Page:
Only made obsolete by the electronic variety, it was simple and cheap for the time. It also handles non-decimal measurements, like feet and inches, or pre-decimalization pounds, shillings, and pence. Addition and subtraction require different 'screens', handled by turning the instrument over, or flipping a front panel, or, later, by extended sliders and an extra lower panel. Although not always advertised (e.g. the Magic Brain Calculator mentions "add, subtract, multiply" on its front plate), procedures exist for multiplication (by repeated addition or by individual digit multiplications) and division (eg by repeated subtraction, or use of additions combined with complementary numbers).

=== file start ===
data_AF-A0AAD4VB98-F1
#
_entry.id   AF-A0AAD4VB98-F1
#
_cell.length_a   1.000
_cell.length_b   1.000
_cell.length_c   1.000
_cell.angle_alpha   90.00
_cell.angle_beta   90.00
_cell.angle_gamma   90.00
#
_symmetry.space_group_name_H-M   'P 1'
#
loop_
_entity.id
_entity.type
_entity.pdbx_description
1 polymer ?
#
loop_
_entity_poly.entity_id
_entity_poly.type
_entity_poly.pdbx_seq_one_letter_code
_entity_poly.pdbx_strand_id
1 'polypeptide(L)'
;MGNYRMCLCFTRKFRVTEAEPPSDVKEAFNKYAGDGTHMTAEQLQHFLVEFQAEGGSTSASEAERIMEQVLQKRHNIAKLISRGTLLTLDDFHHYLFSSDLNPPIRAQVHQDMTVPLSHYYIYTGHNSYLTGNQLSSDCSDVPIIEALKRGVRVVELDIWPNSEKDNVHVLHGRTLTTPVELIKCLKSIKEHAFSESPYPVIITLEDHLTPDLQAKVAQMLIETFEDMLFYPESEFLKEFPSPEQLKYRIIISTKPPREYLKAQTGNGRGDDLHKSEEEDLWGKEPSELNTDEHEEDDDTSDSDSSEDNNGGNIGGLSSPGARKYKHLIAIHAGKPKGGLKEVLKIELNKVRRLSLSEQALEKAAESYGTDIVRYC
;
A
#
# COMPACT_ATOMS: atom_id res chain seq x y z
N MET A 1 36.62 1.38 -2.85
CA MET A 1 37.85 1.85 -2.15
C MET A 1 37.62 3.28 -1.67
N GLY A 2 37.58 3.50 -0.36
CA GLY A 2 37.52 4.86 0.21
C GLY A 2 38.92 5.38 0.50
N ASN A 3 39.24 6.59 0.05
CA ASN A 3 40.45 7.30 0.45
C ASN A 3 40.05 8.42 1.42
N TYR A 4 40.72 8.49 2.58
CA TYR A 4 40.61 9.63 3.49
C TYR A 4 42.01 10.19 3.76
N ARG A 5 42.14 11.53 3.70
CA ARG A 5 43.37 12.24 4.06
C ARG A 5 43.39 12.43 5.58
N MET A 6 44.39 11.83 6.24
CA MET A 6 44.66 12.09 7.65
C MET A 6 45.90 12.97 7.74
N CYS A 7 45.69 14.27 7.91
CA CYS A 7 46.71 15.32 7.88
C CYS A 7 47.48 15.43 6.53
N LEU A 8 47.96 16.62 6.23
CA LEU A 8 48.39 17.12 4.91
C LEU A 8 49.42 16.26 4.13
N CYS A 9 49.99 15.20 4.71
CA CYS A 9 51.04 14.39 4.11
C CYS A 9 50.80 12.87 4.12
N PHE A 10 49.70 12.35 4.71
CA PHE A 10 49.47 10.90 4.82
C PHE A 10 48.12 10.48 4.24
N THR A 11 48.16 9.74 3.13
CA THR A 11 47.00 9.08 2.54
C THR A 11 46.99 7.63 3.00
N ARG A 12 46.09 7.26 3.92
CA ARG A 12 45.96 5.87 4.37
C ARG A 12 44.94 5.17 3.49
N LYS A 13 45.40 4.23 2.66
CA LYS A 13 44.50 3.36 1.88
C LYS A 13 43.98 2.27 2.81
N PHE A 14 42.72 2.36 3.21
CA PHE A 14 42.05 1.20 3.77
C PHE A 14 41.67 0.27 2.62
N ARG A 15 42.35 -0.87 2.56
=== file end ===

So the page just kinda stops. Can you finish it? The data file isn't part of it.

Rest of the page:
More expensive versions have a built-in slide rule on the back.
This type of calculator was introduced by the Frenchman Troncet in 1889. The Addiator was one of the most popular calculators of this sort, and the name is often used to refer to the type generally.